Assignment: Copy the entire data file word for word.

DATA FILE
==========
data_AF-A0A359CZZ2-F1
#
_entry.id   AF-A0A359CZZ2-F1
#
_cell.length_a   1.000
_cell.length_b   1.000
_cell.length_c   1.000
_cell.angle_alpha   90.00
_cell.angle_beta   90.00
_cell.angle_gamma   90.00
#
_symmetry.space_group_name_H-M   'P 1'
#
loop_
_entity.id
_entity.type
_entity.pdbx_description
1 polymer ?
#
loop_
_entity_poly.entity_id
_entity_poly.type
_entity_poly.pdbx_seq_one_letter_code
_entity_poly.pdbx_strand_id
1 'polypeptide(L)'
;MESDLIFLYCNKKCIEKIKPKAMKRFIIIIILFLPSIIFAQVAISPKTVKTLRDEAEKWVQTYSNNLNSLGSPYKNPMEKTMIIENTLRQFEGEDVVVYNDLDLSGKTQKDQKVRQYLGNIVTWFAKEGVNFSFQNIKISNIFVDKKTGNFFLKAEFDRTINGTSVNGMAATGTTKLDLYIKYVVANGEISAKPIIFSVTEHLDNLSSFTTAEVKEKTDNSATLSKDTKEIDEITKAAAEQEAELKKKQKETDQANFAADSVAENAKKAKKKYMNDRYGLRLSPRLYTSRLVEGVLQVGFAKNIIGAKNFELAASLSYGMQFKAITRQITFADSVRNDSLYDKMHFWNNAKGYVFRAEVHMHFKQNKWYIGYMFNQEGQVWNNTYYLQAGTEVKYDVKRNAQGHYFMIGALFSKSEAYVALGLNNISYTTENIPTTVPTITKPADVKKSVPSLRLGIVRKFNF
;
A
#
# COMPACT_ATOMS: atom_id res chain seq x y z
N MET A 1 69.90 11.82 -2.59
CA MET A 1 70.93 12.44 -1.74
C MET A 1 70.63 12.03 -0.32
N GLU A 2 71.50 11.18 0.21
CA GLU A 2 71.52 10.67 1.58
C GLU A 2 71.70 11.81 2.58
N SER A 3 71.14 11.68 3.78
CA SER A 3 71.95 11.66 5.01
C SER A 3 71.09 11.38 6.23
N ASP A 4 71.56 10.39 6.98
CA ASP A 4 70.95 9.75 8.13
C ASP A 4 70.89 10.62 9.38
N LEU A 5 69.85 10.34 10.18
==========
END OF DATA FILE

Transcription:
data_AF-A0A359CZZ2-F1
#
_entry.id   AF-A0A359CZZ2-F1
#
_cell.length_a   1.000
_cell.length_b   1.000
_cell.length_c   1.000
_cell.angle_alpha   90.00
_cell.angle_beta   90.00
_cell.angle_gamma   90.00
#
_symmetry.space_group_name_H-M   'P 1'
#
loop_
_entity.id
_entity.type
_entity.pdbx_description
1 polymer ?
#
loop_
_entity_poly.entity_id
_entity_poly.type
_entity_poly.pdbx_seq_one_letter_code
_entity_poly.pdbx_strand_id
1 'polypeptide(L)'
;MESDLIFLYCNKKCIEKIKPKAMKRFIIIIILFLPSIIFAQVAISPKTVKTLRDEAEKWVQTYSNNLNSLGSPYKNPMEKTMIIENTLRQFEGEDVVVYNDLDLSGKTQKDQKVRQYLGNIVTWFAKEGVNFSFQNIKISNIFVDKKTGNFFLKAEFDRTINGTSVNGMAATGTTKLDLYIKYVVANGEISAKPIIFSVTEHLDNLSSFTTAEVKEKTDNSATLSKDTKEIDEITKAAAEQEAELKKKQKETDQANFAADSVAENAKKAKKKYMNDRYGLRLSPRLYTSRLVEGVLQVGFAKNIIGAKNFELAASLSYGMQFKAITRQITFADSVRNDSLYDKMHFWNNAKGYVFRAEVHMHFKQNKWYIGYMFNQEGQVWNNTYYLQAGTEVKYDVKRNAQGHYFMIGALFSKSEAYVALGLNNISYTTENIPTTVPTITKPADVKKSVPSLRLGIVRKFNF
;
A
#
# COMPACT_ATOMS: atom_id res chain seq x y z
N MET A 1 69.90 11.82 -2.59
CA MET A 1 70.93 12.44 -1.74
C MET A 1 70.63 12.03 -0.32
N GLU A 2 71.50 11.18 0.21
CA GLU A 2 71.52 10.67 1.58
C GLU A 2 71.70 11.81 2.58
N SER A 3 71.14 11.68 3.78
CA SER A 3 71.95 11.66 5.01
C SER A 3 71.09 11.38 6.23
N ASP A 4 71.56 10.39 6.98
CA ASP A 4 70.95 9.75 8.13
C ASP A 4 70.89 10.62 9.38
N LEU A 5 69.85 10.34 10.18